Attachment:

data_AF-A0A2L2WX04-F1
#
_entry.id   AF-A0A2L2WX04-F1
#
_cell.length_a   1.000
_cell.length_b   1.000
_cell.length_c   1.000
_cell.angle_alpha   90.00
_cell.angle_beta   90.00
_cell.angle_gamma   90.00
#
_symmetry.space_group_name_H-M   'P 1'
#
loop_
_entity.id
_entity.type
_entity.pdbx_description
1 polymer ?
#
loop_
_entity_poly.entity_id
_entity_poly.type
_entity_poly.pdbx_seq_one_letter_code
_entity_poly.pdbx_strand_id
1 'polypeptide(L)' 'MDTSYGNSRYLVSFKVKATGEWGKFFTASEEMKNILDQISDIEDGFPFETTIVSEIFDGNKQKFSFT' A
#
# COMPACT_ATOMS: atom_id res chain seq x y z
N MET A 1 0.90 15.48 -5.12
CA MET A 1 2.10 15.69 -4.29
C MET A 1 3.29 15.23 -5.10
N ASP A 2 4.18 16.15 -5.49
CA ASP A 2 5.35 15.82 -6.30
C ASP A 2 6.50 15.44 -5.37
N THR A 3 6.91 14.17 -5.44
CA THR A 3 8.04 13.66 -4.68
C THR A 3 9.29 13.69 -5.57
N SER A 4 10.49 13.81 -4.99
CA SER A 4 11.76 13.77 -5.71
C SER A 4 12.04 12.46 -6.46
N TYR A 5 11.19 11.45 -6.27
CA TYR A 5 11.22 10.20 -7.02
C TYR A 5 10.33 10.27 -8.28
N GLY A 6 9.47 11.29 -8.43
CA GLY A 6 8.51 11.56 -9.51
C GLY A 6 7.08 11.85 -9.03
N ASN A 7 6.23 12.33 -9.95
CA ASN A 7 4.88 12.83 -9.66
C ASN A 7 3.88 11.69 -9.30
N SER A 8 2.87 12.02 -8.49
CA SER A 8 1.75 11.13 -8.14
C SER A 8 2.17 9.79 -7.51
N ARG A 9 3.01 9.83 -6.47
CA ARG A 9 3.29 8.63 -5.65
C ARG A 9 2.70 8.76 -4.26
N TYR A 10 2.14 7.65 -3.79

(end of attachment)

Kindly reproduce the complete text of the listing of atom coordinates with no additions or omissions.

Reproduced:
data_AF-A0A2L2WX04-F1
#
_entry.id   AF-A0A2L2WX04-F1
#
_cell.length_a   1.000
_cell.length_b   1.000
_cell.length_c   1.000
_cell.angle_alpha   90.00
_cell.angle_beta   90.00
_cell.angle_gamma   90.00
#
_symmetry.space_group_name_H-M   'P 1'
#
loop_
_entity.id
_entity.type
_entity.pdbx_description
1 polymer ?
#
loop_
_entity_poly.entity_id
_entity_poly.type
_entity_poly.pdbx_seq_one_letter_code
_entity_poly.pdbx_strand_id
1 'polypeptide(L)' 'MDTSYGNSRYLVSFKVKATGEWGKFFTASEEMKNILDQISDIEDGFPFETTIVSEIFDGNKQKFSFT' A
#
# COMPACT_ATOMS: atom_id res chain seq x y z
N MET A 1 0.90 15.48 -5.12
CA MET A 1 2.10 15.69 -4.29
C MET A 1 3.29 15.23 -5.10
N ASP A 2 4.18 16.15 -5.49
CA ASP A 2 5.35 15.82 -6.30
C ASP A 2 6.50 15.44 -5.37
N THR A 3 6.91 14.17 -5.44
CA THR A 3 8.04 13.66 -4.68
C THR A 3 9.29 13.69 -5.57
N SER A 4 10.49 13.81 -4.99
CA SER A 4 11.76 13.77 -5.71
C SER A 4 12.04 12.46 -6.46
N TYR A 5 11.19 11.45 -6.27
CA TYR A 5 11.22 10.20 -7.02
C TYR A 5 10.33 10.27 -8.28
N GLY A 6 9.47 11.29 -8.43
CA GLY A 6 8.51 11.56 -9.51
C GLY A 6 7.08 11.85 -9.03
N ASN A 7 6.23 12.33 -9.95
CA ASN A 7 4.88 12.83 -9.66
C ASN A 7 3.88 11.69 -9.30
N SER A 8 2.87 12.02 -8.49
CA SER A 8 1.75 11.13 -8.14
C SER A 8 2.17 9.79 -7.51
N ARG A 9 3.01 9.83 -6.47
CA ARG A 9 3.29 8.63 -5.65
C ARG A 9 2.70 8.76 -4.26
N TYR A 10 2.14 7.65 -3.79